The term “DREAMers” has been used to describe high school graduates who were brought into the country at a very young age by their parents and know the United States as their homeland. These immigrants were children whose families overstayed their visas or entered without inspection. The term was initially used to describe the beneficiaries of the “Dream Act” otherwise known as (HR1842) and Senate bill (S952). According to these bills – “Dreamers” include any undocumented immigrant who claims they came into the country before the age of 16 year old and has been here continuously for five years and is under the age of 35. Dreamers have generally obtained a high school diploma or a GED and be actively pursuing post-secondary education or serve in the military. The bill was originally entered into the senate in 2001 but has failed to pass despite numerous iterations.
Despite the failure of the Dream Act, President Obama created an executive order known as the Deferred Action for Childhood Arrivals (DACA) in June 2012. This policy allowed certain undocumented minors the ability to be deferred from deportation and the eligibility for a work permit. The requirement of DACA are similar to the dream act in that the immigrant must have entered the United States before June 2007, Be currently in school, graduated from high school or honorably discharged by the military and be under the age of 31 as of June 15, 2012. The applicant must also have been convicted of a felony, significant misdemeanor or pose a threat to national security. It’s important to note that this program does not provide a lawful status or a path to citizenship. Most importantly, this status does not allow for students to receive any federal welfare or financial aid.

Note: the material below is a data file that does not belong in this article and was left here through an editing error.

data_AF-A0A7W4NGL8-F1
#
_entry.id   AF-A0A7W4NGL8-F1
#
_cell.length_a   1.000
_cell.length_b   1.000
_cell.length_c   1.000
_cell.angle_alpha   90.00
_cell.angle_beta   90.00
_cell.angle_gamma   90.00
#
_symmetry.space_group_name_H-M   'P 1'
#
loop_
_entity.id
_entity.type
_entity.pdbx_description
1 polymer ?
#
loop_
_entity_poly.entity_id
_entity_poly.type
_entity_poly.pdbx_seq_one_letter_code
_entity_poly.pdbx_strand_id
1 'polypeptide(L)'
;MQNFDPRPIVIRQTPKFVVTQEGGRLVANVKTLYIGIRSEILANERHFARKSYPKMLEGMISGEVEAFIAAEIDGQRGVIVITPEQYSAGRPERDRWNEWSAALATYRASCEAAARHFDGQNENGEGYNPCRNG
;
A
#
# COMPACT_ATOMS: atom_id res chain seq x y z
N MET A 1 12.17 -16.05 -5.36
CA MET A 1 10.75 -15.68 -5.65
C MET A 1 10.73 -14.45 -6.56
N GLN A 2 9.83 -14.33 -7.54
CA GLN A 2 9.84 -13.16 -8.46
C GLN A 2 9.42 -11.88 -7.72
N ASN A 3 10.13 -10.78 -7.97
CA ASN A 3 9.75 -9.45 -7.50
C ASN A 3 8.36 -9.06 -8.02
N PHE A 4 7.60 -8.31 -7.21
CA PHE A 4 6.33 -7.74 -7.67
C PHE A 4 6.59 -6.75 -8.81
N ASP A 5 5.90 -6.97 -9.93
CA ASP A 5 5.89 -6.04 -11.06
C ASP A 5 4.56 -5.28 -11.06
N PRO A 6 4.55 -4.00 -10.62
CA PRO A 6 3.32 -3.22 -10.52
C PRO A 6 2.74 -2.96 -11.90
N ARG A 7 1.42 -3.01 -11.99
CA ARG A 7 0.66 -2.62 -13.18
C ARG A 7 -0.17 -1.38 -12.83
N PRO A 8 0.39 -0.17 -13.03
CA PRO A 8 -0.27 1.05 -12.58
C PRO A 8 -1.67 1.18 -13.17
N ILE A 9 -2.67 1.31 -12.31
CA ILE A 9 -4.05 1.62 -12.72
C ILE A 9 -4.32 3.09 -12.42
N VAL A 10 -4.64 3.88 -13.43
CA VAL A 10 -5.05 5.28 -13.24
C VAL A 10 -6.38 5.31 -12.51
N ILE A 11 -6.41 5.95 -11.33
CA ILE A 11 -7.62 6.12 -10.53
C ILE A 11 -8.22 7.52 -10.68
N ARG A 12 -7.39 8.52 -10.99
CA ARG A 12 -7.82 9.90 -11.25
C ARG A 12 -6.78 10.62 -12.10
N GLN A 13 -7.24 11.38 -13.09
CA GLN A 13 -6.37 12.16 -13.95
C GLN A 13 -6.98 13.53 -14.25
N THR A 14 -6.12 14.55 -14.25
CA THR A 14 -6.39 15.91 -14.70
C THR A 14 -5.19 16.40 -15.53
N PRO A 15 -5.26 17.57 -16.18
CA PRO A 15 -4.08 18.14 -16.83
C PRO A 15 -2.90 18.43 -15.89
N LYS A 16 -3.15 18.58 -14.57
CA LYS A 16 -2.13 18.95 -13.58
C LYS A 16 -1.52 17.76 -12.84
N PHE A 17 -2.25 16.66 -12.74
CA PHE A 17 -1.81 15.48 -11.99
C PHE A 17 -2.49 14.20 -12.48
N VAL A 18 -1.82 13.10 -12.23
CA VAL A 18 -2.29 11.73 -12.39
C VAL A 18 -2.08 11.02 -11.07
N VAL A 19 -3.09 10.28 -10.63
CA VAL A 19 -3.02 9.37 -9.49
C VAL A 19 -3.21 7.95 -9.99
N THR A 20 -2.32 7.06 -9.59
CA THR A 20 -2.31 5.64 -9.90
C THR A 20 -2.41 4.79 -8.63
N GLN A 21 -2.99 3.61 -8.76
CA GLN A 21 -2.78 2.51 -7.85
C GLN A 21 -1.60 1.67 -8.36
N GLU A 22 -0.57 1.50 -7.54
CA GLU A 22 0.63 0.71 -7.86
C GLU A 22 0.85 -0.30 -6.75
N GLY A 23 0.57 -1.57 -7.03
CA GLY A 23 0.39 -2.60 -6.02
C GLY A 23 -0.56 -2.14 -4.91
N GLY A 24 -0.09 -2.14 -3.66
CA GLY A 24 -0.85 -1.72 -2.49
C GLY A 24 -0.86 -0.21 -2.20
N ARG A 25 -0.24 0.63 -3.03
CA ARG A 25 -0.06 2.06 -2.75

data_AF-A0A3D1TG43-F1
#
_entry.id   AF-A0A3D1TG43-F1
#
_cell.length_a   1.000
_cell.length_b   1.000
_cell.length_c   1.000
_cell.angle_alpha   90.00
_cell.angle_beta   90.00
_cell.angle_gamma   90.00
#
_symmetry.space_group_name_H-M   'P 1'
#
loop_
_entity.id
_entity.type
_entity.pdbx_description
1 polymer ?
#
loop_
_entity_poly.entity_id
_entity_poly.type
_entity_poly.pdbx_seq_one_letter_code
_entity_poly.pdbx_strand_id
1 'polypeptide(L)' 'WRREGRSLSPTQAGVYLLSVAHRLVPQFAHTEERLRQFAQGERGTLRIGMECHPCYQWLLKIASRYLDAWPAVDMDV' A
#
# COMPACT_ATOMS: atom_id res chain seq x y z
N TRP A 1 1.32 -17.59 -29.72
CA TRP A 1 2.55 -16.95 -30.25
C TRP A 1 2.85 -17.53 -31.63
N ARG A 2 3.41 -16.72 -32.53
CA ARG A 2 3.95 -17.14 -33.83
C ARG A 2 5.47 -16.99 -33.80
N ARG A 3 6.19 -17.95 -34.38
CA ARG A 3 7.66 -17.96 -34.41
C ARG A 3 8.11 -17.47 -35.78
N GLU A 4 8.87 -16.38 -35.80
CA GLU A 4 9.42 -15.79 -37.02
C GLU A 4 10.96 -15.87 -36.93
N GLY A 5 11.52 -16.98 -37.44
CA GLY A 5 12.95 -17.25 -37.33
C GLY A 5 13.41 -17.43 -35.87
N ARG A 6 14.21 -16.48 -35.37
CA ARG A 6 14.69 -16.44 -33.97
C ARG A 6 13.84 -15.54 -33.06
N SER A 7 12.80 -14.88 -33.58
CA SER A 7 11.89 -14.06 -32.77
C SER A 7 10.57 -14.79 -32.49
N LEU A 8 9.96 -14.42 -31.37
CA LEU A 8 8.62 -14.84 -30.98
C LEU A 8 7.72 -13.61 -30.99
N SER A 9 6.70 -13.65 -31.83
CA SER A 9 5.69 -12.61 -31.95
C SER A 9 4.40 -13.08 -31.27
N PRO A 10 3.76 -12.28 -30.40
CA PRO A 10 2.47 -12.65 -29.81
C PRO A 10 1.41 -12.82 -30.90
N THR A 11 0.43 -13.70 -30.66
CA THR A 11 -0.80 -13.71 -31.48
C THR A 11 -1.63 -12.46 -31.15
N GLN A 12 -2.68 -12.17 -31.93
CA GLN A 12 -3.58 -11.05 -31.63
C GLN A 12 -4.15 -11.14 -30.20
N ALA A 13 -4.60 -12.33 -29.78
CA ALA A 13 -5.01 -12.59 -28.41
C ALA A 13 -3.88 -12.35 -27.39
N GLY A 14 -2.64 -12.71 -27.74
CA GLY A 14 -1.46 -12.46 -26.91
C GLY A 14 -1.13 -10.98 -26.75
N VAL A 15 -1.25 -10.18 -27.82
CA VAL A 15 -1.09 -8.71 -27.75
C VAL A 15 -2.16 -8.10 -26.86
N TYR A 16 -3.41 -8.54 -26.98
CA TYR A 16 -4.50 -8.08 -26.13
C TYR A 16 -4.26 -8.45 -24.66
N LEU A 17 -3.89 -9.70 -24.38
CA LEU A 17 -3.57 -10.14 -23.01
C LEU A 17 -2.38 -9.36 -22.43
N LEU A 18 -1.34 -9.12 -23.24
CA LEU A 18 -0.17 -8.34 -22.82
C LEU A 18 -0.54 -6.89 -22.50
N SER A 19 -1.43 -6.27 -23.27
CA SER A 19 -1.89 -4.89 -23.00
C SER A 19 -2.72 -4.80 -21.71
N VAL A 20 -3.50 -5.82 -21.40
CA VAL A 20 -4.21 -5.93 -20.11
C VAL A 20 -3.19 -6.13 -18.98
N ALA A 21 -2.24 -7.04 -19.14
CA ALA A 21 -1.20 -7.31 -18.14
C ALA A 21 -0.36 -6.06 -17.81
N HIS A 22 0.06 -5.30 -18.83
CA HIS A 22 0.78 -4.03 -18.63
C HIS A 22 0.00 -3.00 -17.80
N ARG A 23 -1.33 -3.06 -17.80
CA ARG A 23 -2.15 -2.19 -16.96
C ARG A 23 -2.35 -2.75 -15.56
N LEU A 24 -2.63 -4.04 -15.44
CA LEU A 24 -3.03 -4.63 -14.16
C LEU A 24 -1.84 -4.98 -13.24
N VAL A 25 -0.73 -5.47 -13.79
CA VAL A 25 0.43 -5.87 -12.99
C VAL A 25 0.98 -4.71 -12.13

The Pew Research Center estimates that there are up to 1.7 Million young people that may be eligible and as of 2016 844,931 applications for DACA have be received by USCIS with 88% being approved.
Until The United States moves forward with comprehensive immigration reform the “Dreamers” have been the largest casualty of a failing immigration system. Most of the Dreamers (if not all) we’re brought to the United States Illegally by their parents at a very young age and view the United States as the only country they have ever known. Most have deep roots within their local communities and have attended graduated from high school in the United States. Dreamers are a highly motivated and intellectual group of young people that wish to follow their dreams, obtain an education and give back to the only country they have even known. The Feakins Foundation is one of a very small number of institutions that provide any sort of educational grants or funding to this amazing group of young people. We people that education is a basic human and right and Dreamers (like anyone else) should have the right to educate themselves and follow their dreams.
For more information on DACA please visit the USCIS website